Information on Partial Hospitalization for Substance Abuse

Created On Friday, 10, March 2017
Modified On Friday, 17, September 2021

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Partial hospitalization or PHP is a treatment process where a patient usually stays at a hospital no more than 20 hours per week. Typically, this is during the day, and patients do not stay overnight. Partial hospitalization programs provide a mix of outpatient care, individual counseling, and group counseling with medical services. The benefit of being at the hospital is access to nurses and doctors for any clinical care. For example, this could include medical detox or a form of withdrawal management.

Partial hospitalization is also used as a form of aftercare support when someone has completed inpatient drug rehabilitation. PHP would be considered a step-down program or the individual would attend a partial hospitalization program because they relapsed and need the help. There are various therapies offered through partial hospitalization, and the programs are usually tailored to the needs of the patient. PHP is also beneficial for someone who needs medical attention during detox, or they have not successfully completed detox and need medical help.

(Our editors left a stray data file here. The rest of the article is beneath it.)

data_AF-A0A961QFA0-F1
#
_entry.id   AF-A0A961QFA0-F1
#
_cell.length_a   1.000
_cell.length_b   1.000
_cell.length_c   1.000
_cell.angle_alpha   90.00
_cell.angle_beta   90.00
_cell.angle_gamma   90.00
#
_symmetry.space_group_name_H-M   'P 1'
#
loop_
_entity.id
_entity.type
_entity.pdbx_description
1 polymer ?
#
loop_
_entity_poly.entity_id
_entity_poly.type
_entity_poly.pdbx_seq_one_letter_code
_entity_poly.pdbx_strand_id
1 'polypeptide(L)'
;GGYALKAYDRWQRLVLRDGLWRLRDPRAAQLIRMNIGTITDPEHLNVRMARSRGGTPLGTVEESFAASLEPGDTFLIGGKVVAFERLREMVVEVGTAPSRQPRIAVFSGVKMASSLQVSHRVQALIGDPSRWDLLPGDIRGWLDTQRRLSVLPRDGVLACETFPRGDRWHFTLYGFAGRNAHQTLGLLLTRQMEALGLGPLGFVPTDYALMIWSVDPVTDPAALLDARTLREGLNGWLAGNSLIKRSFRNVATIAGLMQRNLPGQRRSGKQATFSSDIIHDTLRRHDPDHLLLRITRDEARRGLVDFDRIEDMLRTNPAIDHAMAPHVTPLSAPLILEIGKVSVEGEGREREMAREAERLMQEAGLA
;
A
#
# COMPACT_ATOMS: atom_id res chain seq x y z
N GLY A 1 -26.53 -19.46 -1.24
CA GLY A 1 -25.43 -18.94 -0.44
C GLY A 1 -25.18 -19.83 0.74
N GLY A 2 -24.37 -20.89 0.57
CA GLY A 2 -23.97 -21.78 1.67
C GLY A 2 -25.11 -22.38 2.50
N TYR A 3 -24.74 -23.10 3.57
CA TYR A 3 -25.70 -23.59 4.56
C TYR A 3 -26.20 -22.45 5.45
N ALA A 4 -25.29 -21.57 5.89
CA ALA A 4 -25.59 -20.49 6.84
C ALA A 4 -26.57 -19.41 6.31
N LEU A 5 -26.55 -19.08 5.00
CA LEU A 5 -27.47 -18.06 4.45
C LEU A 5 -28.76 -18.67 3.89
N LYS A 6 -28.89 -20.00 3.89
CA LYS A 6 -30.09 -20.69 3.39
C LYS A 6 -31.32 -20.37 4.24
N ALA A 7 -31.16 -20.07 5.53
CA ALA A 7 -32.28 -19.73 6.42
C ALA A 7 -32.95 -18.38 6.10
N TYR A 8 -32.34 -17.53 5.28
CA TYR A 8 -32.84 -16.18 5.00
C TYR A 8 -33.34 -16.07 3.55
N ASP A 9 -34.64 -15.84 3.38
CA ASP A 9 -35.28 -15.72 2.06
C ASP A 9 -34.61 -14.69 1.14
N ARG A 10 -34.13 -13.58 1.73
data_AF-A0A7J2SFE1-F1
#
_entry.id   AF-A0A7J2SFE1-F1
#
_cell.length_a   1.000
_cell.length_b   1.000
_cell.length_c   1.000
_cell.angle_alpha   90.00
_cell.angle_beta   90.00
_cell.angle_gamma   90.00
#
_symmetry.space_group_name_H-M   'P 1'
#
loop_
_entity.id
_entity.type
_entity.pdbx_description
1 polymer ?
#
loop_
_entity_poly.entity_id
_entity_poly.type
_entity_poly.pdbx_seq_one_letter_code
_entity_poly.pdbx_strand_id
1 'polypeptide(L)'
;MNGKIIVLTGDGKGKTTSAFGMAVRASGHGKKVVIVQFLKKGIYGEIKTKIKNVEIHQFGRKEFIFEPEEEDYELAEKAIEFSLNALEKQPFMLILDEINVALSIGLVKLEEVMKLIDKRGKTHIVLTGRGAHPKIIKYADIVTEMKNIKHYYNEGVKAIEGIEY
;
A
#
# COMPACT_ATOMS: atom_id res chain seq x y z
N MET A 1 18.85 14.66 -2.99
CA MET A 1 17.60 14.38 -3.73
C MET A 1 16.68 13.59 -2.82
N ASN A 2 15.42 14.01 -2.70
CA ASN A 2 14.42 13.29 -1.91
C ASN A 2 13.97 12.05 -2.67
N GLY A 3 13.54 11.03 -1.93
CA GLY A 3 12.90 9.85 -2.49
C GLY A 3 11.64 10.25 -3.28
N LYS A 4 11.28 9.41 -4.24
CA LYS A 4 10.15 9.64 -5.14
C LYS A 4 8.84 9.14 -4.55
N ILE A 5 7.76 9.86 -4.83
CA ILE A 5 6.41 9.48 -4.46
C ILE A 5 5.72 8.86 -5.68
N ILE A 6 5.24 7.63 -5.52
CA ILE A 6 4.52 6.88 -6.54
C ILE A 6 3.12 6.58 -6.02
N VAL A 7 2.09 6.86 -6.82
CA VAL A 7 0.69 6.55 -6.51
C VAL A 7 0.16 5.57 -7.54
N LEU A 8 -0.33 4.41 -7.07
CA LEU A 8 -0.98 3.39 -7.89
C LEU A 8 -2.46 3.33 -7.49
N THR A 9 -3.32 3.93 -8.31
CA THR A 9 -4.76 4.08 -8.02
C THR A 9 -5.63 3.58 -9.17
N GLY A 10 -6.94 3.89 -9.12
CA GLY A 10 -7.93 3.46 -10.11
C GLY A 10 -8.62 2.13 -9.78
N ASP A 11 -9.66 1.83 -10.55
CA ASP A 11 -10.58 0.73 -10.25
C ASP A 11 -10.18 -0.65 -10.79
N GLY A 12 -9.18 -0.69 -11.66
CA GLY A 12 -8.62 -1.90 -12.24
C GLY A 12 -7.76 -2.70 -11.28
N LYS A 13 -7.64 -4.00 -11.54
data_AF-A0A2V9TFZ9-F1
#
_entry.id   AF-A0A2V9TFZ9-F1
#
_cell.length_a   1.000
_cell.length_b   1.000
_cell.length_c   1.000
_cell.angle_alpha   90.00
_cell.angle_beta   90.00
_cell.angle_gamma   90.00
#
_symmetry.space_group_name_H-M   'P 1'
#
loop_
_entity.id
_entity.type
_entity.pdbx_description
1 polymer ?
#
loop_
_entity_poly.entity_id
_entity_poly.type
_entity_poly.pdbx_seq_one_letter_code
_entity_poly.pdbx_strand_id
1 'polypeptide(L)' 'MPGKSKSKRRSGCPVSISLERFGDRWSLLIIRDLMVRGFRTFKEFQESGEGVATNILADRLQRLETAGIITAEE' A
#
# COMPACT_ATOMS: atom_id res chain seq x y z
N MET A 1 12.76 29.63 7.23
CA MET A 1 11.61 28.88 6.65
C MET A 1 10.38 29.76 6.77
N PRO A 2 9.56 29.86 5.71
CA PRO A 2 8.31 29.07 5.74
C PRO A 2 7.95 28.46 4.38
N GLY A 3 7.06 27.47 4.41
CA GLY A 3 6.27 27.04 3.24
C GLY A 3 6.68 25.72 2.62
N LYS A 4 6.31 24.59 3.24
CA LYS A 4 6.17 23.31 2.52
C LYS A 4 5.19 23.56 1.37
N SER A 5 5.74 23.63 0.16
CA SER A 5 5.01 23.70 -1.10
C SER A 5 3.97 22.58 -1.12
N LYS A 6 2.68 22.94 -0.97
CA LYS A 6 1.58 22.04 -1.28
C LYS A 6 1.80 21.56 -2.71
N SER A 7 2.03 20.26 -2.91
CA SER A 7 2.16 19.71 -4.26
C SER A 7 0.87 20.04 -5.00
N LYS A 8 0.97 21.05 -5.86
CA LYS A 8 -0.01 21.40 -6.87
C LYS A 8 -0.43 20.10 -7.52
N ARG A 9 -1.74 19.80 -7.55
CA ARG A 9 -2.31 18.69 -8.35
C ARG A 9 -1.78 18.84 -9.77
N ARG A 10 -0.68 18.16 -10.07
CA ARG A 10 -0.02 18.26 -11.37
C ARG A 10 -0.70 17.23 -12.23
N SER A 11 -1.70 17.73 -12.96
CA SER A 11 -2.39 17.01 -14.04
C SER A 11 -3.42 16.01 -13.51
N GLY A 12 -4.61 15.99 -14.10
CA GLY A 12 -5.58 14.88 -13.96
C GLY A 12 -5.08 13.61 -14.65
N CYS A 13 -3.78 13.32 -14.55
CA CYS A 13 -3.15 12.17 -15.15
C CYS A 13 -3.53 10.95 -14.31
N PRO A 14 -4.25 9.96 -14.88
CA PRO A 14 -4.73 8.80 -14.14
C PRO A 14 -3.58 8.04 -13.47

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Partial hospitalization programs are similar to intensive outpatient programs, but there are some differences. For example, the main difference is the amount of time the person spends in the program. Partial hospitalization programs are usually 20 hours of programming per week, while an intensive outpatient program usually provides nine hours per week. Partial hospitalization programs are more likely to provide medical services, whereas intensive outpatient programs are less likely to offer these services.

Additionally, partial hospitalization programs offer at least five days of treatment each week but may even provide up to seven days per week. Overall, the program's length varies based on individual needs, but the typical amount of time someone spends in a PHP is 14 to 21 days. Some of the service components include individual therapy, group therapy, family meetings, medical services, drug screening, employment, and education assistance.

When is Partial Hospitalization the Best Treatment Option to Consider?

Partial hospitalization is a good option for someone who needs a high level of care but can remain clean outside of rehabilitation. For example, outpatient treatment requires the patient to attend treatment daily, but they do not live at the facility. Someone who attends a PHP may have already completed a hospital or residential treatment program but feel they may relapse. Once someone has completed inpatient rehabilitation, aftercare support is a good option, and partial hospitalization programs benefit recovering addicts who need extra help.